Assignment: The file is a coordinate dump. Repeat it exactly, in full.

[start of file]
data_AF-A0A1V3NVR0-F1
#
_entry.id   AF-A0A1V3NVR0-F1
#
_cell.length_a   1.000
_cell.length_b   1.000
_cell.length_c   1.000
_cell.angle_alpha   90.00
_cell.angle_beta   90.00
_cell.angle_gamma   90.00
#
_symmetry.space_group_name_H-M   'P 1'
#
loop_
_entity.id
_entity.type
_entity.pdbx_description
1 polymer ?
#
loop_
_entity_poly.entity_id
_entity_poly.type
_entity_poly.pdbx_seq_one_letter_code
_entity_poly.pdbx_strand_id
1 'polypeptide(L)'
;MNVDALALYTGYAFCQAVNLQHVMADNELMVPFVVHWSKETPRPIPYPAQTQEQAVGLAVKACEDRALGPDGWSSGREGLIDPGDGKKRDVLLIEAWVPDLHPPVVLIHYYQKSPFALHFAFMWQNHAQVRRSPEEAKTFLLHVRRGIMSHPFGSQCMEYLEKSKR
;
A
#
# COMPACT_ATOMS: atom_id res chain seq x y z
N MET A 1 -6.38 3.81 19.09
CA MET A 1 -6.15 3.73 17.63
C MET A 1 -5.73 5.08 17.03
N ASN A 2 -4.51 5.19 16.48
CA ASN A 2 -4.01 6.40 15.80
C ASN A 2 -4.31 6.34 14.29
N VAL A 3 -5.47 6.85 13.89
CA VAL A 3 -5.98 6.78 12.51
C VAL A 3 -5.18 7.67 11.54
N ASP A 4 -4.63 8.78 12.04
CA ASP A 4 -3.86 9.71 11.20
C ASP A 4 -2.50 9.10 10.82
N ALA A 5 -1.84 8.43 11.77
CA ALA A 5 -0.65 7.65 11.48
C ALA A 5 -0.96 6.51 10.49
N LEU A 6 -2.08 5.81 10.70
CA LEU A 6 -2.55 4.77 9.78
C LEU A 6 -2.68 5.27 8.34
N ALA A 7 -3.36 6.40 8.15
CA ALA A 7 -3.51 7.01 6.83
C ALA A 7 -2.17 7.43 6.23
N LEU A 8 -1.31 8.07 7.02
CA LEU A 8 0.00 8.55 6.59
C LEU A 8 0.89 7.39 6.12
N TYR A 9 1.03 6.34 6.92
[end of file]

data_AF-A0A1V3NVR0-F1
#
_entry.id   AF-A0A1V3NVR0-F1
#
_cell.length_a   1.000
_cell.length_b   1.000
_cell.length_c   1.000
_cell.angle_alpha   90.00
_cell.angle_beta   90.00
_cell.angle_gamma   90.00
#
_symmetry.space_group_name_H-M   'P 1'
#
loop_
_entity.id
_entity.type
_entity.pdbx_description
1 polymer ?
#
loop_
_entity_poly.entity_id
_entity_poly.type
_entity_poly.pdbx_seq_one_letter_code
_entity_poly.pdbx_strand_id
1 'polypeptide(L)'
;MNVDALALYTGYAFCQAVNLQHVMADNELMVPFVVHWSKETPRPIPYPAQTQEQAVGLAVKACEDRALGPDGWSSGREGLIDPGDGKKRDVLLIEAWVPDLHPPVVLIHYYQKSPFALHFAFMWQNHAQVRRSPEEAKTFLLHVRRGIMSHPFGSQCMEYLEKSKR
;
A
#
# COMPACT_ATOMS: atom_id res chain seq x y z
N MET A 1 -6.38 3.81 19.09
CA MET A 1 -6.15 3.73 17.63
C MET A 1 -5.73 5.08 17.03
N ASN A 2 -4.51 5.19 16.48
CA ASN A 2 -4.01 6.40 15.80
C ASN A 2 -4.31 6.34 14.29
N VAL A 3 -5.47 6.85 13.89
CA VAL A 3 -5.98 6.78 12.51
C VAL A 3 -5.18 7.67 11.54
N ASP A 4 -4.63 8.78 12.04
CA ASP A 4 -3.86 9.71 11.20
C ASP A 4 -2.50 9.10 10.82
N ALA A 5 -1.84 8.43 11.77
CA ALA A 5 -0.65 7.65 11.48
C ALA A 5 -0.96 6.51 10.49
N LEU A 6 -2.08 5.81 10.70
CA LEU A 6 -2.55 4.77 9.78
C LEU A 6 -2.68 5.27 8.34
N ALA A 7 -3.36 6.40 8.15
CA ALA A 7 -3.51 7.01 6.83
C ALA A 7 -2.17 7.43 6.23
N LEU A 8 -1.31 8.07 7.02
CA LEU A 8 0.00 8.55 6.59
C LEU A 8 0.89 7.39 6.12
N TYR A 9 1.03 6.34 6.92